Search the 1997-1998 Catalog:
School of Information Technology and Engineering
107 Engineering Fundamentals (2:2:0). An introduction to engineering profession fundamentals and problem solving. Topics include description of engineering disciplines, functions of the engineer, professionalism, ethics and registration, problem solving and representation of technical information, estimation and approximations, and analysis and design. f,s
181 Engineering Graphics I (2:1:2). Fundamentals of engineering drawing, descriptive geometry, multiview projection, and graphical analysis. Computer-aided drafting using PC-based software for 2D and 3D design is introduced.
182 Engineering Graphics II (2:1:2). Prerequisite: ENGR 181. Application of engineering graphics to specific topics of engineering analysis and design. Computer-aided design is introduced.
183 Engineering Computer Graphics (3:2:3). Prerequisite: ENGR 107 or permission of instructor. Fundamentals of engineering drawing, graphic communication, descriptive geometry, multiview projection, and graphical analysis. Computer-aided drafting, visualization, and pictorial views are introduced as well as reading of engineering drawings. f,s
205 Engineering Mechanics: Statics (3:3:0). Prerequisites: MATH 114 and PHYS 250. Resolution and composition of forces by analytical methods. Topics include analysis of forces in structures and machine members in equilibrium, centroids, friction, and moments of inertia; and design of beams and structures.
206 Engineering Mechanics: Dynamics (3:3:0). Prerequisite: ENGR 205 or 210. Kinematics of plane motion through Coriolis' law. The course covers Newton's law of motion; work energy, impulse, and momentum principles; and free and forced vibration.
209 Material Science (3:3:0). An introduction to the microscopic structure of engineering materials and effects on macroscopic properties. Topics include crystalline and amorphous structures and defects, semiconductors, ceramics, metals, and polymers.
210 Engineering Mechanics (3:3:0). Prerequisites: PHYS 250 and MATH 114. Resolution and composition of forces and torques by analytical methods and analysis of equilibrium and dynamics of rigid bodies. Topics include friction, stability, equations of motion, and planar kinematics of rigid bodies including simple robotic applications. f,s
307 Engineering Thermodynamics (3:3:0). Prerequisites: MATH 213 and PHYS 350. Classical concepts of energy and temperature, first and second laws and their application to closed and open thermodynamic systems. Properties of pure substances, equation of state, and analysis of thermodynamic processes and systems are covered. The course presents application to engineering systems. s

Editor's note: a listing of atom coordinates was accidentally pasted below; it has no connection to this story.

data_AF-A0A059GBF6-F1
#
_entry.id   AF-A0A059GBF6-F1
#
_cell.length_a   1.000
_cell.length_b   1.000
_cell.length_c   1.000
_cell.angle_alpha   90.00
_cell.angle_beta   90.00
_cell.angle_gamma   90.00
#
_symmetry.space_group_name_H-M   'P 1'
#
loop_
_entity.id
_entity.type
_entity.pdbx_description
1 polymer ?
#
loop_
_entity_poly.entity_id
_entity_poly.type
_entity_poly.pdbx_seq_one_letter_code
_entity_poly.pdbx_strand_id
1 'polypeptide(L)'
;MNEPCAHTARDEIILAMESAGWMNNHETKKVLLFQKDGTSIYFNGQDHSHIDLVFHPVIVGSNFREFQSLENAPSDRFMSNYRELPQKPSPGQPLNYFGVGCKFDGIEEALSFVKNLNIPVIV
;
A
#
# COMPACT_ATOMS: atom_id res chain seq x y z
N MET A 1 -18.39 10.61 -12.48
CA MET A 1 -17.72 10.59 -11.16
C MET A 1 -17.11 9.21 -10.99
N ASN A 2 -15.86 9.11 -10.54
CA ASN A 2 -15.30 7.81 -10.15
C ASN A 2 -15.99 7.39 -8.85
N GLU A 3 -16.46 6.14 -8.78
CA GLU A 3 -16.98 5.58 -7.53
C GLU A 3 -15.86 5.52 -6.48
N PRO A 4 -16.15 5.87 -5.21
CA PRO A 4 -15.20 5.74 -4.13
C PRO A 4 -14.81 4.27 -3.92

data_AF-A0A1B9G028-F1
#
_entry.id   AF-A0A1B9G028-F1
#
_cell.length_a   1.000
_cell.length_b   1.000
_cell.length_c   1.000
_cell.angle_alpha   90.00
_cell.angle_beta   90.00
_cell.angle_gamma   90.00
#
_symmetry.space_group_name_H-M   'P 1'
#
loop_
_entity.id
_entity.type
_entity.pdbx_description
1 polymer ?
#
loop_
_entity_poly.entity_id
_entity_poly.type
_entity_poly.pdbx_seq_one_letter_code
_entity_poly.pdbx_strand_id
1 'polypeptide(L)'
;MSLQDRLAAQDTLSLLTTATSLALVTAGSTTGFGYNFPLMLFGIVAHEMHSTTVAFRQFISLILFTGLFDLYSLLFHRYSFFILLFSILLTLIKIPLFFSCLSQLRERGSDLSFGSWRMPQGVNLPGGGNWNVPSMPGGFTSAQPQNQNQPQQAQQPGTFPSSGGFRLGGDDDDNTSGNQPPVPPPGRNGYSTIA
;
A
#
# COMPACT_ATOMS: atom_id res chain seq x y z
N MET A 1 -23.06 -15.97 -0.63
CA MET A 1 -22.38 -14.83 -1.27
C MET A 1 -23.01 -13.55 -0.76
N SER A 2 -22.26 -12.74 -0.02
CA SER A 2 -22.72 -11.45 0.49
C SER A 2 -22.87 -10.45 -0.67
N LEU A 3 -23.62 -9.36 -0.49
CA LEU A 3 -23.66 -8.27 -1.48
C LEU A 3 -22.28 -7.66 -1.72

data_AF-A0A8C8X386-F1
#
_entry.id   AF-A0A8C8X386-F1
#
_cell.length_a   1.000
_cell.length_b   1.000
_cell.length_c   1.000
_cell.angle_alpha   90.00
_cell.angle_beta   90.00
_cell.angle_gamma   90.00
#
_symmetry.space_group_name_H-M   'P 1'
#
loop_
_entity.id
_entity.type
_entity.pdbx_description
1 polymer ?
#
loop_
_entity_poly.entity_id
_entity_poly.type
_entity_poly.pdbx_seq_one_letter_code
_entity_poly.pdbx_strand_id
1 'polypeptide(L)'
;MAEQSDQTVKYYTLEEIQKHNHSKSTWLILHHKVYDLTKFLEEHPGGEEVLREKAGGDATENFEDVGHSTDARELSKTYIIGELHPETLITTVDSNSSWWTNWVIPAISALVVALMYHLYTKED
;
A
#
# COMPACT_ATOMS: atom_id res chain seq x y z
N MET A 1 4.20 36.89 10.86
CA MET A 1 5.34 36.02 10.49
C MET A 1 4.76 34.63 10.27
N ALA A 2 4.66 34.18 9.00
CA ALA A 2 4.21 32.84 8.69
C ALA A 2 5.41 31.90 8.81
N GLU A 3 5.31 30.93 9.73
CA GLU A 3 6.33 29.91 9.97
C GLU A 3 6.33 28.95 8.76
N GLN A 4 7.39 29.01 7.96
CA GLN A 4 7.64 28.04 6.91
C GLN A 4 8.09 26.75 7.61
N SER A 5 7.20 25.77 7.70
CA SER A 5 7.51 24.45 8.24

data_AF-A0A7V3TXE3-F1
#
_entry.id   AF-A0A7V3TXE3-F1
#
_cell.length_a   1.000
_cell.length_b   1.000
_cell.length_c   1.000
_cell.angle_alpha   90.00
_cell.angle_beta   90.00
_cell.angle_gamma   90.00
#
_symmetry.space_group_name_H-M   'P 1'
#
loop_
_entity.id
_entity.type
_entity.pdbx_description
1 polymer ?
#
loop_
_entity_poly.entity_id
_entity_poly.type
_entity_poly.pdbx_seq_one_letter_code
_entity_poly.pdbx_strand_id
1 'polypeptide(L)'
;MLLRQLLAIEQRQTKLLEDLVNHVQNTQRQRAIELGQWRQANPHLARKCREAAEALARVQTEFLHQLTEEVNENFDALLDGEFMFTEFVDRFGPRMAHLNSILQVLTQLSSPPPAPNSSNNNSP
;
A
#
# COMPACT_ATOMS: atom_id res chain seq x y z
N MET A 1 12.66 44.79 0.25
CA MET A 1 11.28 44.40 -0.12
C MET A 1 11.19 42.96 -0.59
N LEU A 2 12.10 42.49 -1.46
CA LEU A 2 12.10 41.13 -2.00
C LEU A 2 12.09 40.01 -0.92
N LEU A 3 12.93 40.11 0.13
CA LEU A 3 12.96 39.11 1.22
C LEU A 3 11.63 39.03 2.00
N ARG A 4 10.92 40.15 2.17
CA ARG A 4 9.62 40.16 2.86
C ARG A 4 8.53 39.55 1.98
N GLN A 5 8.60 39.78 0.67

310 Mechanics of Materials (3:3:0). Prerequisite: ENGR 205 or 210. Concepts of stress, strain, elasticity and plasticity, combined stress, torsion, stresses and deflection of beams, statically indeterminate members, unsymmetrical bending, and buckling of columns.
311, 312 Mathematical Methods in Physics and Engineering (3:3:0), (3:3:0). Prerequisites: PHYS 352 and MATH 214 or 216 for ENGR (PHYS) 311; ENGR (PHYS) 311 or MATH 313 for ENGR (PHYS) 312. A study of mathematical techniques as applied in physics and engineering. Ordinary and partial differential equations, special functions, Fourier series, Laplace transforms, integral equations, matrices and complex variables are discussed.
355 Computer-Aided Design (3:2:3). Prerequisites: ENGR 205 or 210 and CS 112. An introduction to the use of computers to aid design. Mechanical, architectural, and electronic drafting by computer; graph plotting; 2D and 3D wire-frame drawings; programming of menus; isometric and perspective drawing; color shading; animation; and introduction to computer-integrated manufacturing (CIM). Students write an interactive, menu-driven program with graphical output to solve an engineering design problem. f,s
390 Engineering Economy (3:3:0). Prerequisites: ENGR 107 and MATH 114. An introduction to economic decision process in engineering design and analysis. Topics include methodology to select alternatives, measures of investment worth, income and cost evaluation, depreciation methods, benefit-cost and cost-effectiveness techniques, and applications of decision trees to capital investment. f,s
498 Independent Study in Engineering (1-3:3:0). Prerequisite: 60 hours; must be arranged with an instructor and approved by department chair before registering. Directed self-study of special topics of current interest in ENGR. May be repeated for a maximum of six credits if the topics are substantially different.
499 Special Topics in Engineering (3:3:0). Prerequisites: 60 hours and permission of instructor; specific prerequisites vary with the nature of the topic. Topics of special interest to undergraduates. May be repeated for a maximum of six credits if the topics are substantially different.